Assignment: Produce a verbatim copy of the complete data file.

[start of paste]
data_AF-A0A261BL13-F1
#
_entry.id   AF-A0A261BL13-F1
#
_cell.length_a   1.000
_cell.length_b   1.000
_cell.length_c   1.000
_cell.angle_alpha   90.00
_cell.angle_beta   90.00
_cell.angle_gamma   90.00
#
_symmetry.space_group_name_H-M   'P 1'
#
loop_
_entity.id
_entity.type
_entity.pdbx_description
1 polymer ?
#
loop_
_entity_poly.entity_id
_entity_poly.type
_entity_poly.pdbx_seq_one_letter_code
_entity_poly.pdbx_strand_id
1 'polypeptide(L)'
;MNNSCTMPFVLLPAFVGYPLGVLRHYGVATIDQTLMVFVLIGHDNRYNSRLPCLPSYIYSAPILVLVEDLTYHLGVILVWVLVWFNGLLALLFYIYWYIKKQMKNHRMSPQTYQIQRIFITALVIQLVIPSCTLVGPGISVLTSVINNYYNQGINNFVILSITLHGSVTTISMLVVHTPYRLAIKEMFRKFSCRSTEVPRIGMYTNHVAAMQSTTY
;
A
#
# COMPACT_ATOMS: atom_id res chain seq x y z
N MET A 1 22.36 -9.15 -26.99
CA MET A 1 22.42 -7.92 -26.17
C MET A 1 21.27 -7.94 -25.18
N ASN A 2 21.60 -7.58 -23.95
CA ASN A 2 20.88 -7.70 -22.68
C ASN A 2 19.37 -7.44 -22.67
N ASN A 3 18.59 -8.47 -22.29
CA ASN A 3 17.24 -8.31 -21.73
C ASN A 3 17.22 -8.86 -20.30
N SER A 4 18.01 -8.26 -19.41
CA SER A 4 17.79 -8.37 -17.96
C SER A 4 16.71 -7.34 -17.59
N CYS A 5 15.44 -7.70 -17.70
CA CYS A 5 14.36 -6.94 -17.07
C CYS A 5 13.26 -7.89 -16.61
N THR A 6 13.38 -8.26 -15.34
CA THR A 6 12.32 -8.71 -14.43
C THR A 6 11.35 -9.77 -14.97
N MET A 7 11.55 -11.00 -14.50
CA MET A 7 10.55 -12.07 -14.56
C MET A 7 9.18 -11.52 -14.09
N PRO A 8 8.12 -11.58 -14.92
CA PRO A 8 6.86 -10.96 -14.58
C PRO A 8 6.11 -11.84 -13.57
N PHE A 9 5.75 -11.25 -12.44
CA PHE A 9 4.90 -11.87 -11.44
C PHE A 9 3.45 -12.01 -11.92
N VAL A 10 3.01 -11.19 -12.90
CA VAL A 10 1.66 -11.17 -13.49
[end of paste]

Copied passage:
data_AF-A0A261BL13-F1
#
_entry.id   AF-A0A261BL13-F1
#
_cell.length_a   1.000
_cell.length_b   1.000
_cell.length_c   1.000
_cell.angle_alpha   90.00
_cell.angle_beta   90.00
_cell.angle_gamma   90.00
#
_symmetry.space_group_name_H-M   'P 1'
#
loop_
_entity.id
_entity.type
_entity.pdbx_description
1 polymer ?
#
loop_
_entity_poly.entity_id
_entity_poly.type
_entity_poly.pdbx_seq_one_letter_code
_entity_poly.pdbx_strand_id
1 'polypeptide(L)'
;MNNSCTMPFVLLPAFVGYPLGVLRHYGVATIDQTLMVFVLIGHDNRYNSRLPCLPSYIYSAPILVLVEDLTYHLGVILVWVLVWFNGLLALLFYIYWYIKKQMKNHRMSPQTYQIQRIFITALVIQLVIPSCTLVGPGISVLTSVINNYYNQGINNFVILSITLHGSVTTISMLVVHTPYRLAIKEMFRKFSCRSTEVPRIGMYTNHVAAMQSTTY
;
A
#
# COMPACT_ATOMS: atom_id res chain seq x y z
N MET A 1 22.36 -9.15 -26.99
CA MET A 1 22.42 -7.92 -26.17
C MET A 1 21.27 -7.94 -25.18
N ASN A 2 21.60 -7.58 -23.95
CA ASN A 2 20.88 -7.70 -22.68
C ASN A 2 19.37 -7.44 -22.67
N ASN A 3 18.59 -8.47 -22.29
CA ASN A 3 17.24 -8.31 -21.73
C ASN A 3 17.22 -8.86 -20.30
N SER A 4 18.01 -8.26 -19.41
CA SER A 4 17.79 -8.37 -17.96
C SER A 4 16.71 -7.34 -17.59
N CYS A 5 15.44 -7.70 -17.70
CA CYS A 5 14.36 -6.94 -17.07
C CYS A 5 13.26 -7.89 -16.61
N THR A 6 13.38 -8.26 -15.34
CA THR A 6 12.32 -8.71 -14.43
C THR A 6 11.35 -9.77 -14.97
N MET A 7 11.55 -11.00 -14.50
CA MET A 7 10.55 -12.07 -14.56
C MET A 7 9.18 -11.52 -14.09
N PRO A 8 8.12 -11.58 -14.92
CA PRO A 8 6.86 -10.96 -14.58
C PRO A 8 6.11 -11.84 -13.57
N PHE A 9 5.75 -11.25 -12.44
CA PHE A 9 4.90 -11.87 -11.44
C PHE A 9 3.45 -12.01 -11.92
N VAL A 10 3.01 -11.19 -12.90
CA VAL A 10 1.66 -11.17 -13.49